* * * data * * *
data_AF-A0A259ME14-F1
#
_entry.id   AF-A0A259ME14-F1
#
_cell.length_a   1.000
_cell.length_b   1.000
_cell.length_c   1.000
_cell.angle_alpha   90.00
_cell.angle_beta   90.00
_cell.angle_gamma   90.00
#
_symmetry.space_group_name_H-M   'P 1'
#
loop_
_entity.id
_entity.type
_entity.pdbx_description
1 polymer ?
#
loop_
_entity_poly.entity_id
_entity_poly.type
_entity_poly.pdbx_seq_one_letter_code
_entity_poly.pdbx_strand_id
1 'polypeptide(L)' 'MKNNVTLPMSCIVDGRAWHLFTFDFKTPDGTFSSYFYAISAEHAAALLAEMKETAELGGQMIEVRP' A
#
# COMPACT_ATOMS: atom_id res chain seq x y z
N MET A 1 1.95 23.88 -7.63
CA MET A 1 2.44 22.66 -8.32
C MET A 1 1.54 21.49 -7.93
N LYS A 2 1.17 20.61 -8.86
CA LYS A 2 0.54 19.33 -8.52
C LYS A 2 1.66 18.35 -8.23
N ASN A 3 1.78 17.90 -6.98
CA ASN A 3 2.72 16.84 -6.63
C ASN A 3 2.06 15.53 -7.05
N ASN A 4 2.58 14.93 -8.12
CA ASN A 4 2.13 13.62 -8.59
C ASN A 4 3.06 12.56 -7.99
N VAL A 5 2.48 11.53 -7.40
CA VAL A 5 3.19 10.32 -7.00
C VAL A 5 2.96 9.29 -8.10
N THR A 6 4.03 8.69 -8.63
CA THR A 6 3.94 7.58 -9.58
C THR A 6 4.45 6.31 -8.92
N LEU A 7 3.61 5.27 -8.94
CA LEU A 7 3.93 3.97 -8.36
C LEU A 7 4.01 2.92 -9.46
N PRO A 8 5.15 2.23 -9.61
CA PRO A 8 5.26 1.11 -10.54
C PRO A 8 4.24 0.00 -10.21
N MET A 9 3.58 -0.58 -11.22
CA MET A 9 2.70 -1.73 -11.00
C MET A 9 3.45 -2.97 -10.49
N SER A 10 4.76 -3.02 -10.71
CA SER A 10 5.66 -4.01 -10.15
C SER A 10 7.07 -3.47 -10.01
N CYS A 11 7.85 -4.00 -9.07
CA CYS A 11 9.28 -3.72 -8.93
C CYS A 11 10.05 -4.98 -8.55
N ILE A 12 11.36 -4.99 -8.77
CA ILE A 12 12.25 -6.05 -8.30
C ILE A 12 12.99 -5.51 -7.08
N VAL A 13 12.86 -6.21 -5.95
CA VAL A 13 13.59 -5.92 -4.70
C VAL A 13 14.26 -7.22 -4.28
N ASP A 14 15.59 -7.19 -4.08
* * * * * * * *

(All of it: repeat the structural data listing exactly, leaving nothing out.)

data_AF-A0A259ME14-F1
#
_entry.id   AF-A0A259ME14-F1
#
_cell.length_a   1.000
_cell.length_b   1.000
_cell.length_c   1.000
_cell.angle_alpha   90.00
_cell.angle_beta   90.00
_cell.angle_gamma   90.00
#
_symmetry.space_group_name_H-M   'P 1'
#
loop_
_entity.id
_entity.type
_entity.pdbx_description
1 polymer ?
#
loop_
_entity_poly.entity_id
_entity_poly.type
_entity_poly.pdbx_seq_one_letter_code
_entity_poly.pdbx_strand_id
1 'polypeptide(L)' 'MKNNVTLPMSCIVDGRAWHLFTFDFKTPDGTFSSYFYAISAEHAAALLAEMKETAELGGQMIEVRP' A
#
# COMPACT_ATOMS: atom_id res chain seq x y z
N MET A 1 1.95 23.88 -7.63
CA MET A 1 2.44 22.66 -8.32
C MET A 1 1.54 21.49 -7.93
N LYS A 2 1.17 20.61 -8.86
CA LYS A 2 0.54 19.33 -8.52
C LYS A 2 1.66 18.35 -8.23
N ASN A 3 1.78 17.90 -6.98
CA ASN A 3 2.72 16.84 -6.63
C ASN A 3 2.06 15.53 -7.05
N ASN A 4 2.58 14.93 -8.12
CA ASN A 4 2.13 13.62 -8.59
C ASN A 4 3.06 12.56 -7.99
N VAL A 5 2.48 11.53 -7.40
CA VAL A 5 3.19 10.32 -7.00
C VAL A 5 2.96 9.29 -8.10
N THR A 6 4.03 8.69 -8.63
CA THR A 6 3.94 7.58 -9.58
C THR A 6 4.45 6.31 -8.92
N LEU A 7 3.61 5.27 -8.94
CA LEU A 7 3.93 3.97 -8.36
C LEU A 7 4.01 2.92 -9.46
N PRO A 8 5.15 2.23 -9.61
CA PRO A 8 5.26 1.11 -10.54
C PRO A 8 4.24 0.00 -10.21
N MET A 9 3.58 -0.58 -11.22
CA MET A 9 2.70 -1.73 -11.00
C MET A 9 3.45 -2.97 -10.49
N SER A 10 4.76 -3.02 -10.71
CA SER A 10 5.66 -4.01 -10.15
C SER A 10 7.07 -3.47 -10.01
N CYS A 11 7.85 -4.00 -9.07
CA CYS A 11 9.28 -3.72 -8.93
C CYS A 11 10.05 -4.98 -8.55
N ILE A 12 11.36 -4.99 -8.77
CA ILE A 12 12.25 -6.05 -8.30
C ILE A 12 12.99 -5.51 -7.08
N VAL A 13 12.86 -6.21 -5.95
CA VAL A 13 13.59 -5.92 -4.70
C VAL A 13 14.26 -7.22 -4.28
N ASP A 14 15.59 -7.19 -4.08